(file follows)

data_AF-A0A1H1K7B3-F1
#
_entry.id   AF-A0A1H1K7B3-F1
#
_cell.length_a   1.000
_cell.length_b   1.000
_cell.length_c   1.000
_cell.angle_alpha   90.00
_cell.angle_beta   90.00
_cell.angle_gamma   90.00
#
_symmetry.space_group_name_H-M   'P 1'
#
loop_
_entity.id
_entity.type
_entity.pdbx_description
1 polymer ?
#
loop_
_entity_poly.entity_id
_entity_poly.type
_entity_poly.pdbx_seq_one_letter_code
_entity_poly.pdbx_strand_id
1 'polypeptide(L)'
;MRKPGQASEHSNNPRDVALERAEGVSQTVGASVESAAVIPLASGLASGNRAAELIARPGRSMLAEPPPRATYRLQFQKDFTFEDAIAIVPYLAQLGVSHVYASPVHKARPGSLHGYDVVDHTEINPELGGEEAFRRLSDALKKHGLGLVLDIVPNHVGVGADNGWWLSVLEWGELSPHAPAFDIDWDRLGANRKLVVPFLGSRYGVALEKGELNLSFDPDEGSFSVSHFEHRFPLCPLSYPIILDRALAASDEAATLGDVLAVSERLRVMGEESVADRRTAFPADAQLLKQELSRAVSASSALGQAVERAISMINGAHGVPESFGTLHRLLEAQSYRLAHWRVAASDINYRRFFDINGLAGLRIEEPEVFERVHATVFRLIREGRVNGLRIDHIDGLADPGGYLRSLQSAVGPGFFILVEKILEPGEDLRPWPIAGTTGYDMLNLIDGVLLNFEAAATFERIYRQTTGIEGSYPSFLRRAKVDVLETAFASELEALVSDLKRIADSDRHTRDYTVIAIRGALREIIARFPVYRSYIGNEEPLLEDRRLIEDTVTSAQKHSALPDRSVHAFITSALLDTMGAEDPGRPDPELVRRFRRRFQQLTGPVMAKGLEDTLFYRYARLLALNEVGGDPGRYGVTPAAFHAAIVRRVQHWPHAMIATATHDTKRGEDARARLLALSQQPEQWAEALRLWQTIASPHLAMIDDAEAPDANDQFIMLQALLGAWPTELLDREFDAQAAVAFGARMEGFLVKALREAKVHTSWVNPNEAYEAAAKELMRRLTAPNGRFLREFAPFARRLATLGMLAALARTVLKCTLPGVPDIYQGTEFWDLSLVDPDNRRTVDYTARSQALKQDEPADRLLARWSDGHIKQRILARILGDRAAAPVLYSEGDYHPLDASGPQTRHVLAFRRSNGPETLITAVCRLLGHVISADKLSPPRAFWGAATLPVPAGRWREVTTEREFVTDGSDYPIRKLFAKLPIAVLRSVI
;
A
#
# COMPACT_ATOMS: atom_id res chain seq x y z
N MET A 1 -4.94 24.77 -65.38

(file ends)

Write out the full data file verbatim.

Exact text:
data_AF-A0A1H1K7B3-F1
#
_entry.id   AF-A0A1H1K7B3-F1
#
_cell.length_a   1.000
_cell.length_b   1.000
_cell.length_c   1.000
_cell.angle_alpha   90.00
_cell.angle_beta   90.00
_cell.angle_gamma   90.00
#
_symmetry.space_group_name_H-M   'P 1'
#
loop_
_entity.id
_entity.type
_entity.pdbx_description
1 polymer ?
#
loop_
_entity_poly.entity_id
_entity_poly.type
_entity_poly.pdbx_seq_one_letter_code
_entity_poly.pdbx_strand_id
1 'polypeptide(L)'
;MRKPGQASEHSNNPRDVALERAEGVSQTVGASVESAAVIPLASGLASGNRAAELIARPGRSMLAEPPPRATYRLQFQKDFTFEDAIAIVPYLAQLGVSHVYASPVHKARPGSLHGYDVVDHTEINPELGGEEAFRRLSDALKKHGLGLVLDIVPNHVGVGADNGWWLSVLEWGELSPHAPAFDIDWDRLGANRKLVVPFLGSRYGVALEKGELNLSFDPDEGSFSVSHFEHRFPLCPLSYPIILDRALAASDEAATLGDVLAVSERLRVMGEESVADRRTAFPADAQLLKQELSRAVSASSALGQAVERAISMINGAHGVPESFGTLHRLLEAQSYRLAHWRVAASDINYRRFFDINGLAGLRIEEPEVFERVHATVFRLIREGRVNGLRIDHIDGLADPGGYLRSLQSAVGPGFFILVEKILEPGEDLRPWPIAGTTGYDMLNLIDGVLLNFEAAATFERIYRQTTGIEGSYPSFLRRAKVDVLETAFASELEALVSDLKRIADSDRHTRDYTVIAIRGALREIIARFPVYRSYIGNEEPLLEDRRLIEDTVTSAQKHSALPDRSVHAFITSALLDTMGAEDPGRPDPELVRRFRRRFQQLTGPVMAKGLEDTLFYRYARLLALNEVGGDPGRYGVTPAAFHAAIVRRVQHWPHAMIATATHDTKRGEDARARLLALSQQPEQWAEALRLWQTIASPHLAMIDDAEAPDANDQFIMLQALLGAWPTELLDREFDAQAAVAFGARMEGFLVKALREAKVHTSWVNPNEAYEAAAKELMRRLTAPNGRFLREFAPFARRLATLGMLAALARTVLKCTLPGVPDIYQGTEFWDLSLVDPDNRRTVDYTARSQALKQDEPADRLLARWSDGHIKQRILARILGDRAAAPVLYSEGDYHPLDASGPQTRHVLAFRRSNGPETLITAVCRLLGHVISADKLSPPRAFWGAATLPVPAGRWREVTTEREFVTDGSDYPIRKLFAKLPIAVLRSVI
;
A
#
# COMPACT_ATOMS: atom_id res chain seq x y z
N MET A 1 -4.94 24.77 -65.38